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MRI-related static magnetic stray fields and postural body sway: A double-blind randomized crossover study

Authors

  • Lotte E. van Nierop,

    Corresponding author
    1. Division of Environmental Epidemiology, Institute for Risk Assessment Sciences, Utrecht University, The Netherlands
    • Institute for Risk Assessment Sciences, Utrecht University, PO Box 80178, 3508 TD Utrecht, The Netherlands
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  • Pauline Slottje,

    1. Division of Environmental Epidemiology, Institute for Risk Assessment Sciences, Utrecht University, The Netherlands
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  • Herman Kingma,

    1. Division of Balance Disorders, University Hospital Maastricht, The Netherlands
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    • H. Kingma and H. Kromhout contributed equally.

  • Hans Kromhout

    1. Division of Environmental Epidemiology, Institute for Risk Assessment Sciences, Utrecht University, The Netherlands
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    • H. Kingma and H. Kromhout contributed equally.


Abstract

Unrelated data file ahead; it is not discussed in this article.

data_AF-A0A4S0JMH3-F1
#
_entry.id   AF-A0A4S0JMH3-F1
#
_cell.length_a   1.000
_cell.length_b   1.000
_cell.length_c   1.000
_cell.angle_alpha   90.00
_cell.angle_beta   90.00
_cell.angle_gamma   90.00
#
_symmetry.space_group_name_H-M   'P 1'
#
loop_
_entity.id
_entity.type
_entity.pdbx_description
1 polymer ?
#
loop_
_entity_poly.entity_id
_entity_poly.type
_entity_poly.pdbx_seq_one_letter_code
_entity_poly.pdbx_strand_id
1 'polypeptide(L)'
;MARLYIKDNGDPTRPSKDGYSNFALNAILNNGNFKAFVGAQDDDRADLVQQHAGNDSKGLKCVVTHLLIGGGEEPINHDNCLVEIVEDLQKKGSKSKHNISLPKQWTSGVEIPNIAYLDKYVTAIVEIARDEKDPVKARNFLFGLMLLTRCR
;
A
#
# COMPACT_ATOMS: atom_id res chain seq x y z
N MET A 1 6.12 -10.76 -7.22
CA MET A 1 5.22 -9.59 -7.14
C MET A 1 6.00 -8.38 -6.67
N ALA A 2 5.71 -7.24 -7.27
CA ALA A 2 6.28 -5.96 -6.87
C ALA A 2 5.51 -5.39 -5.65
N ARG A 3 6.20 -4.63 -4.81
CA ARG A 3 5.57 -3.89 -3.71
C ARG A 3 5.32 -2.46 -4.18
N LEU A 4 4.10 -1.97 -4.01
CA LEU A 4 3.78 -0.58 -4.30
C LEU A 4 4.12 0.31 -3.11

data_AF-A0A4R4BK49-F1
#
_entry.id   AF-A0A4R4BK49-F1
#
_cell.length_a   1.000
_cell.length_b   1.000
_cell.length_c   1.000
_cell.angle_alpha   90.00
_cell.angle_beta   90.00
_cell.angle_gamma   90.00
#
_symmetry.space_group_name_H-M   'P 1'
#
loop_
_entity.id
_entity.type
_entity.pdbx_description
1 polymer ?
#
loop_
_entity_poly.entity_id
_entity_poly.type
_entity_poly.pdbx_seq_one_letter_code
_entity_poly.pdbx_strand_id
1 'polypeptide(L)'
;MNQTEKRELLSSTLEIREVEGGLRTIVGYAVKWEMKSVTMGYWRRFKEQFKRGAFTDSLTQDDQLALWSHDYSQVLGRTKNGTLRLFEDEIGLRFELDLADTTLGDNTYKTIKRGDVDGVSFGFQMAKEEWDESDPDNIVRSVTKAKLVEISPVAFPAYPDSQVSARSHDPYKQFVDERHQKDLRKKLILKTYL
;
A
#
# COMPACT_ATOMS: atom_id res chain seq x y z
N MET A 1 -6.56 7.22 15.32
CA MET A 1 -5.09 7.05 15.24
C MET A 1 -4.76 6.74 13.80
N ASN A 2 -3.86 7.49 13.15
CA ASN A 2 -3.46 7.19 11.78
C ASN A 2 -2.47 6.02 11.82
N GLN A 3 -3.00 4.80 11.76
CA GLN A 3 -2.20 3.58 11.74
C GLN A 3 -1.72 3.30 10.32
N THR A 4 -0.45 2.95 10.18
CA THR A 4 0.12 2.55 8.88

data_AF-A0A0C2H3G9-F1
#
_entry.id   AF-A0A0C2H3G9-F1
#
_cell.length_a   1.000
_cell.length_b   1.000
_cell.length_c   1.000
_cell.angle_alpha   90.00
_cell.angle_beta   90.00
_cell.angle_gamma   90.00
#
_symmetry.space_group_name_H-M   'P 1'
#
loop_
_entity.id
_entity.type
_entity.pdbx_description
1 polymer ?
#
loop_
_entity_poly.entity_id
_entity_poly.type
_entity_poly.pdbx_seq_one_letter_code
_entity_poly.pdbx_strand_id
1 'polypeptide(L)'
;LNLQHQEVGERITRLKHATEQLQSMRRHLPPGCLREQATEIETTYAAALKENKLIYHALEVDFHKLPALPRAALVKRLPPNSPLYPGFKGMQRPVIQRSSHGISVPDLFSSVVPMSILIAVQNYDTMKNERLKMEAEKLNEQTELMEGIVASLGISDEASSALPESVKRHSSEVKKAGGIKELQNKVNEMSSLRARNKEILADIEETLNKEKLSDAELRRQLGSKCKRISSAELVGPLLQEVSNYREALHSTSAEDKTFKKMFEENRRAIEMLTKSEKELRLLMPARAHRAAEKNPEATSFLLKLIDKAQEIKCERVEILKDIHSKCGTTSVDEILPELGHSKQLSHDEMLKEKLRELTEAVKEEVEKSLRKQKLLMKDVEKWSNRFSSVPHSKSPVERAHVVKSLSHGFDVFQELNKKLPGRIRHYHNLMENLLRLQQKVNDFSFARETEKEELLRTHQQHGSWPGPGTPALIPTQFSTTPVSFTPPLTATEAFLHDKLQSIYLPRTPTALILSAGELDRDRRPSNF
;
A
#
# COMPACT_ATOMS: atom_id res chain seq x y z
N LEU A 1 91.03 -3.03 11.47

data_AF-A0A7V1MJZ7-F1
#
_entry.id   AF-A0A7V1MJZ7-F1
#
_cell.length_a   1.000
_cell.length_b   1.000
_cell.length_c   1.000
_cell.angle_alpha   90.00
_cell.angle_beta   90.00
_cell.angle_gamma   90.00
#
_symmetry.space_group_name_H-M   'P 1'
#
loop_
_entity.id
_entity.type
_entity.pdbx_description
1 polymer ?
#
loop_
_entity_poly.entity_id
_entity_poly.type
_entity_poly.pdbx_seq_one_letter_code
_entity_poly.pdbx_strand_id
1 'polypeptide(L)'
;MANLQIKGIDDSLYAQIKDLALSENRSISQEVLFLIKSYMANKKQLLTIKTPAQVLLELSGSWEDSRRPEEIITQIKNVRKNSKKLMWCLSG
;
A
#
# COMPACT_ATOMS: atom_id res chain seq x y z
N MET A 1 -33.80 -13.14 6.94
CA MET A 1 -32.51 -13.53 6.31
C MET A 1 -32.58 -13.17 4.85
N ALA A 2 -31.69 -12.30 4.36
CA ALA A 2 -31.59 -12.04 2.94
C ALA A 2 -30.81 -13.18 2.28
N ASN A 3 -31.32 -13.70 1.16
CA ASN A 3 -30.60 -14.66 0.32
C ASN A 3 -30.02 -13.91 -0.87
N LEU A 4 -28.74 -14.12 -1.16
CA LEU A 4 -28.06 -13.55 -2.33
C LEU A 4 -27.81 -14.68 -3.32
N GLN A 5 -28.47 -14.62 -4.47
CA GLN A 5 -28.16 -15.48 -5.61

We assessed postural body sway performance after exposure to movement induced time-varying magnetic fields in the static magnetic stray field in front of a 7 Tesla (T) magnetic resonance imaging scanner. Using a double blind randomized crossover design, 30 healthy volunteers performed two balance tasks (i.e., standing with eyes closed and feet in parallel and then in tandem position) after standardized head movements in a sham, low exposure (on average 0.24 T static magnetic stray field and 0.49 T·s−1 time-varying magnetic field) and high exposure condition (0.37 T and 0.70 T·s−1). Personal exposure to static magnetic stray fields and time-varying magnetic fields was measured with a personal dosimeter. Postural body sway was expressed in sway path, area, and velocity. Mixed-effects model regression analysis showed that postural body sway in the parallel task was negatively affected (P < 0.05) by exposure on all three measures. The tandem task revealed the same trend, but did not reach statistical significance. Further studies are needed to investigate the possibility of independent or synergetic effects of static magnetic stray field and time-varying magnetic field exposure. In addition, practical safety implications of these findings, e.g., for surgeons and others working near magnetic resonance imaging scanners need to be investigated. Magn Reson Med, 2013. © 2012 Wiley Periodicals, Inc.

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